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Many people associate the word “sugar” with negative health outcomes, but sugar is actually used by the cells as energy and fuel to make the body function properly.
Sugar is simply a loosely used word that can describe a wide variety of foods, such as the white sugar you use to bake your favorite treat, the corn syrup in a tasty candy, the sugar in bread, and the glucose in your blood. Sugar is also found naturally in fruits in the form of fructose.
There are many types of sugar compounds, including fructose, sucrose, glucose, and maltose. In short, sugar can refer to many different types of compounds, and sugar isn’t always bad for you. In fact, it’s great!
While there are health benefits associated with limiting the amount of carbs in your diet, it’s important to remember that the body needs carbohydrates to function.
Navigating foods as a diabetic can be confusing at first but is easy to manage once you understand how specific types of food impact your blood glucose levels.
As published in Harvard Health, “People with type 1 diabetes can’t produce sufficient quantities of insulin, and those with type 2 diabetes are resistant to insulin. With both types of diabetes, faster glucose release from high GI foods leads to spikes in blood sugar levels. The slow and steady release of glucose in low-glycemic foods helps maintain good glucose control.” (1)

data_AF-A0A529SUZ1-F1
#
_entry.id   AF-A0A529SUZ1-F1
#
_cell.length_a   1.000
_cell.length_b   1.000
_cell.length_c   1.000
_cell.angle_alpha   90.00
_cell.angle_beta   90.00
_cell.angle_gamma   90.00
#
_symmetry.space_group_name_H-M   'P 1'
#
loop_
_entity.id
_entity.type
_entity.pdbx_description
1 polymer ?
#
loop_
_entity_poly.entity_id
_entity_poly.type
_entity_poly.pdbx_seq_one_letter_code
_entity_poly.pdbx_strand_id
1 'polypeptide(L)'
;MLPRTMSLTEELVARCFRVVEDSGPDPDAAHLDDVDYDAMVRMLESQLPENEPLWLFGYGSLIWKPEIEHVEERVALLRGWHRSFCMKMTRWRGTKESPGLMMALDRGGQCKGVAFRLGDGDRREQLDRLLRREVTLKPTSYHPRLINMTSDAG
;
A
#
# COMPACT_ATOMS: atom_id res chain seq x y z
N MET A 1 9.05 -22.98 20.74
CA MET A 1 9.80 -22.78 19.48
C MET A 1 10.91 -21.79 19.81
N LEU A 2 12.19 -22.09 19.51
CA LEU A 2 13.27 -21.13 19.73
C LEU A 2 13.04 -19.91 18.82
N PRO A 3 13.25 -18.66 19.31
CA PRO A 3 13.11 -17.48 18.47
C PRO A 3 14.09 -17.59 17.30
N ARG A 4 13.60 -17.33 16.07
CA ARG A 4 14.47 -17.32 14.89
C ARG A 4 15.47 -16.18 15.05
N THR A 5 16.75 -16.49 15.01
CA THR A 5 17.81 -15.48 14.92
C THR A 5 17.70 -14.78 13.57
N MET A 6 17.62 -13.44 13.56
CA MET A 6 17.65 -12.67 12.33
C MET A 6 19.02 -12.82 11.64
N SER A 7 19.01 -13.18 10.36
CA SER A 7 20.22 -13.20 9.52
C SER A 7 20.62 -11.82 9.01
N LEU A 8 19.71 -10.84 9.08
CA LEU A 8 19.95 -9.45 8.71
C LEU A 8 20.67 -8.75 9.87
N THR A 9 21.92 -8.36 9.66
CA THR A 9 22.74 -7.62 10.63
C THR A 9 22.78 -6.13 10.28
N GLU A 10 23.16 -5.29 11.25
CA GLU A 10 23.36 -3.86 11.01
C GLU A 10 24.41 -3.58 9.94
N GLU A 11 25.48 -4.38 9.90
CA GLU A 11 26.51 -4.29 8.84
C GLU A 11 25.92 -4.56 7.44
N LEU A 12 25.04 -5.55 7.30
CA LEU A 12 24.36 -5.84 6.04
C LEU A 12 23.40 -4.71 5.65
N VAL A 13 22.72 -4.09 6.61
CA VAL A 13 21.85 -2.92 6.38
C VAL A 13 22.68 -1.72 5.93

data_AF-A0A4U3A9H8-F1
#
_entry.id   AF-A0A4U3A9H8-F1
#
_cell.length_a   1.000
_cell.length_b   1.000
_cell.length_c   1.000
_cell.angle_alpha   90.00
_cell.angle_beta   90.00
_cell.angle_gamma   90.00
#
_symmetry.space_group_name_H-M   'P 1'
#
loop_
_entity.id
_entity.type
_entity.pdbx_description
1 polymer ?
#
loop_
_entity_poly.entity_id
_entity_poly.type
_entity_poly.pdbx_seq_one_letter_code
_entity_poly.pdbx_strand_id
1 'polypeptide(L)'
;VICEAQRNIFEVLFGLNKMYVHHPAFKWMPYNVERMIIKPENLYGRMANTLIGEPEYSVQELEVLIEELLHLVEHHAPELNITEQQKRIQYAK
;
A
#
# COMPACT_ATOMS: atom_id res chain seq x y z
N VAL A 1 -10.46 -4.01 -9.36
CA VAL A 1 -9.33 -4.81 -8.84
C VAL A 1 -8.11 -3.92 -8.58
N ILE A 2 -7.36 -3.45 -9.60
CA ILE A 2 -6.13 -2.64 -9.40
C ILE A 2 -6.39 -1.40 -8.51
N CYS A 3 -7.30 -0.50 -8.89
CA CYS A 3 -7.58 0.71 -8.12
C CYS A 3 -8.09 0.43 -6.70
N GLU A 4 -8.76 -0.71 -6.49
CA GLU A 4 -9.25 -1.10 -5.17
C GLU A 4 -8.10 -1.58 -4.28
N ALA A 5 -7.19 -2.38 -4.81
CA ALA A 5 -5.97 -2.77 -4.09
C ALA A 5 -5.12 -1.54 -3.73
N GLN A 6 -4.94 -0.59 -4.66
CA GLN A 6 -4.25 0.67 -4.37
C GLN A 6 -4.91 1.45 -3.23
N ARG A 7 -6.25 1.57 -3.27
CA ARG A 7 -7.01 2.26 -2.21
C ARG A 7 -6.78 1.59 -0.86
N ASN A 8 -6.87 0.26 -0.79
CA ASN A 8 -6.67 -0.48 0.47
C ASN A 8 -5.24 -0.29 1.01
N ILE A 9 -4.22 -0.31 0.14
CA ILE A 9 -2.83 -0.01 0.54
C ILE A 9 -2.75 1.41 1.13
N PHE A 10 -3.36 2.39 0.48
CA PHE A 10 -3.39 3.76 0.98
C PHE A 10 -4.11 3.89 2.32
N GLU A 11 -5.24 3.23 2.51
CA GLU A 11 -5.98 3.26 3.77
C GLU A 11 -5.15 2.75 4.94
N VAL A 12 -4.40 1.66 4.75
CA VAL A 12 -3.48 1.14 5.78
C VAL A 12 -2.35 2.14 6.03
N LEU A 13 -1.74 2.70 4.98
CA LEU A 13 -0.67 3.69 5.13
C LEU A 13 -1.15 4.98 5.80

Certain sweet-tasting fruits rank high on the glycemic index, such as watermelon, dates, pineapple, and bananas as well as most fruit juices, which are not so good for diabetes control.
However, there are many low-glycemic fruits that you can enjoy without drastically raising your blood glucose levels.
Here are a few things to keep in mind:
- When selecting fruits, look for those with a low glycemic index ranking. If you do choose to enjoy a high-glycemic fruit, pairing it with lower-glycemic foods such as chicken or turkey can help.
- It’s also important to consider serving sizes. Eating 5 apples is going to raise your blood sugar more quickly than if you enjoyed just one.
- It is important to note that your fruit choices should always be fresh. Canned fruit and fruit juices contain much more sugar than whole fruit.
10 Fruits for Diabetics
Here are low-glycemic fruits that you can enjoy with any meal or as a snack.
One medium tomato contains 22 calories, 3 grams of sugar, and 1.5 grams of fiber. On the glycemic index scale, tomatoes rank 15 out of 100.
One cup of cherries contains 77 calories, 13 grams of sugar, and 2.5 grams of fiber. On the glycemic index scale, cherries rank 22 out of 100.
One cup of blackberries contains 60 calories, 7 grams of sugar, and a large 8 grams of fiber. On the glycemic index scale, blackberries rank 25 out of 100.
One-half of a grapefruit contains 52 calories, 8 grams of sugar, and 2 grams of fiber. On the glycemic index scale, grapefruit ranks 25 out of 100.
One apricot contains 17 calories, 3 grams of sugar, and about 1 gram of fiber. On the glycemic index scale, apricots rank 34 out of 100.